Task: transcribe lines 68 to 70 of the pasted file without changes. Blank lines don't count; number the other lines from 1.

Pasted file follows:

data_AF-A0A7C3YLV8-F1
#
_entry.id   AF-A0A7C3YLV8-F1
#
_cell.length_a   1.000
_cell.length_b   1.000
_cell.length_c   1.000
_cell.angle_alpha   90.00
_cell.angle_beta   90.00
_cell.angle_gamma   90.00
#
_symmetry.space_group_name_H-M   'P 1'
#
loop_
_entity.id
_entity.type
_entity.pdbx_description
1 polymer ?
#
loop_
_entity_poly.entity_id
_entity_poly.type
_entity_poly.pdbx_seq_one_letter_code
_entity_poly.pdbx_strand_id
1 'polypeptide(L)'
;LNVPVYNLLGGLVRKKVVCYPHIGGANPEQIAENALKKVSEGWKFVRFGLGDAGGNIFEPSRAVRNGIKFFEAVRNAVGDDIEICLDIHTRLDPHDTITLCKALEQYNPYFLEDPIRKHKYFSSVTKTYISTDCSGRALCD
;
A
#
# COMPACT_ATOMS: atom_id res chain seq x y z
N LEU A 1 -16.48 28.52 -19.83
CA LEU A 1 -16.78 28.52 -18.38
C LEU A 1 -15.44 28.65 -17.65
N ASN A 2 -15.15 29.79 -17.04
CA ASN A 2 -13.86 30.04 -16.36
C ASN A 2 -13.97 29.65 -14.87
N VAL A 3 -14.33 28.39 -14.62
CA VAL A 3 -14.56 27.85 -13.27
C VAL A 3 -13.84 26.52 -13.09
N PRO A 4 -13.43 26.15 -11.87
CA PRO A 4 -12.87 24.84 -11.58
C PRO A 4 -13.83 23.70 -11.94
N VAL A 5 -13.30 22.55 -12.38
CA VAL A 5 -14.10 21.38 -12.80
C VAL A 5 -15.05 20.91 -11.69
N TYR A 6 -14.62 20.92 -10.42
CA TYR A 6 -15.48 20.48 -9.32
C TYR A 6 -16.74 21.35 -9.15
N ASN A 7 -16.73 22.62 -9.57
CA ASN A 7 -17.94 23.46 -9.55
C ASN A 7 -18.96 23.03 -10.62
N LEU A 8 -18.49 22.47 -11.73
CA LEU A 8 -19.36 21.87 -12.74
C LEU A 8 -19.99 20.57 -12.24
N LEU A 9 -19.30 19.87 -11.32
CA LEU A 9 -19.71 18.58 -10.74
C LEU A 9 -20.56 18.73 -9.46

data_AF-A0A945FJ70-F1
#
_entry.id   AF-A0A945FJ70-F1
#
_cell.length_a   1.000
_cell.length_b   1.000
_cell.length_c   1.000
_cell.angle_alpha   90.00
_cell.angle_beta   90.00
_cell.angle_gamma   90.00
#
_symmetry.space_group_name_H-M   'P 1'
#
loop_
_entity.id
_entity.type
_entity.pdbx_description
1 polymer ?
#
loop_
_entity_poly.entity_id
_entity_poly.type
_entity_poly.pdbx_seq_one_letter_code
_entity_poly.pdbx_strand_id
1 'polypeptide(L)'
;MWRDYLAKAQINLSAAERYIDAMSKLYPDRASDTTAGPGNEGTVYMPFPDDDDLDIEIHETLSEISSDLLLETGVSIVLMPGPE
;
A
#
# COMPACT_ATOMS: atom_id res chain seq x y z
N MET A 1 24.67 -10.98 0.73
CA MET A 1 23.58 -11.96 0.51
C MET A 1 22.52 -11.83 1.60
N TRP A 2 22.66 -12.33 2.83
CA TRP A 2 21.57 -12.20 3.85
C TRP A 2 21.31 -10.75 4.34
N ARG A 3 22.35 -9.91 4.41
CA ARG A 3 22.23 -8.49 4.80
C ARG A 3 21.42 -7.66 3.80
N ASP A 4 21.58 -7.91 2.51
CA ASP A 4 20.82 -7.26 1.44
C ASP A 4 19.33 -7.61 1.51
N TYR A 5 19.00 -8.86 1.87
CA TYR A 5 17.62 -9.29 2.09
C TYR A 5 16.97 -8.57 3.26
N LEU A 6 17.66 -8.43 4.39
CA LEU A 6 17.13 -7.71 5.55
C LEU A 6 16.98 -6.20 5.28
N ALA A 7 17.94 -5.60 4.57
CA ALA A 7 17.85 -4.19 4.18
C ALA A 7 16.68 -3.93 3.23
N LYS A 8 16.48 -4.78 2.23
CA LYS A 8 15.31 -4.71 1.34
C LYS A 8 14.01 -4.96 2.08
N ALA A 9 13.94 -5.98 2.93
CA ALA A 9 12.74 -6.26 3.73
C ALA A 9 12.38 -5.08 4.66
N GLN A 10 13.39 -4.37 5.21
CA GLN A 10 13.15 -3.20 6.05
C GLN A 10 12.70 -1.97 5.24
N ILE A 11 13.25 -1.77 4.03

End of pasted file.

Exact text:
#
_symmetry.space_group_name_H-M   'P 1'
#